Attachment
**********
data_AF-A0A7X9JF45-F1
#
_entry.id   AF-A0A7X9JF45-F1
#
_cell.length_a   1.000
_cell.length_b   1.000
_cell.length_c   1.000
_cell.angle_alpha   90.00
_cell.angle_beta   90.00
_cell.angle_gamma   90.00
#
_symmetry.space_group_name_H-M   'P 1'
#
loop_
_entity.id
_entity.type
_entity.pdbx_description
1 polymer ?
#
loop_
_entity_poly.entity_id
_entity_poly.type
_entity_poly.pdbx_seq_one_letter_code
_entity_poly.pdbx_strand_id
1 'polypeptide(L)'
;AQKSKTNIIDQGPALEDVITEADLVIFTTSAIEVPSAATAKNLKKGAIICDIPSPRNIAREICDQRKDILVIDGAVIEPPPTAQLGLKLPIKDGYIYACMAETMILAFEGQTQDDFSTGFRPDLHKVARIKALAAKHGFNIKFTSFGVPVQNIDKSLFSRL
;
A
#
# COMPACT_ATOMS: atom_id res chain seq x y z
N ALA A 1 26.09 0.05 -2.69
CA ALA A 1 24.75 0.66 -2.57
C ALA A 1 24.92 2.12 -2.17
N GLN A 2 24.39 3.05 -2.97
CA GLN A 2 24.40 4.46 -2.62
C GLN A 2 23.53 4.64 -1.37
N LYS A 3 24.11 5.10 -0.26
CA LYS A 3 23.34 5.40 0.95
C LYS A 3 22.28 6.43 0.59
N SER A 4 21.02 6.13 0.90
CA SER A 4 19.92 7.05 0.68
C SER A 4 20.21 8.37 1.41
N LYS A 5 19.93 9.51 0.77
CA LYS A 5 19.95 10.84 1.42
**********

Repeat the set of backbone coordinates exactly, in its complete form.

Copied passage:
data_AF-A0A7X9JF45-F1
#
_entry.id   AF-A0A7X9JF45-F1
#
_cell.length_a   1.000
_cell.length_b   1.000
_cell.length_c   1.000
_cell.angle_alpha   90.00
_cell.angle_beta   90.00
_cell.angle_gamma   90.00
#
_symmetry.space_group_name_H-M   'P 1'
#
loop_
_entity.id
_entity.type
_entity.pdbx_description
1 polymer ?
#
loop_
_entity_poly.entity_id
_entity_poly.type
_entity_poly.pdbx_seq_one_letter_code
_entity_poly.pdbx_strand_id
1 'polypeptide(L)'
;AQKSKTNIIDQGPALEDVITEADLVIFTTSAIEVPSAATAKNLKKGAIICDIPSPRNIAREICDQRKDILVIDGAVIEPPPTAQLGLKLPIKDGYIYACMAETMILAFEGQTQDDFSTGFRPDLHKVARIKALAAKHGFNIKFTSFGVPVQNIDKSLFSRL
;
A
#
# COMPACT_ATOMS: atom_id res chain seq x y z
N ALA A 1 26.09 0.05 -2.69
CA ALA A 1 24.75 0.66 -2.57
C ALA A 1 24.92 2.12 -2.17
N GLN A 2 24.39 3.05 -2.97
CA GLN A 2 24.40 4.46 -2.62
C GLN A 2 23.53 4.64 -1.37
N LYS A 3 24.11 5.10 -0.26
CA LYS A 3 23.34 5.40 0.95
C LYS A 3 22.28 6.43 0.59
N SER A 4 21.02 6.13 0.90
CA SER A 4 19.92 7.05 0.68
C SER A 4 20.21 8.37 1.41
N LYS A 5 19.93 9.51 0.77
CA LYS A 5 19.95 10.84 1.42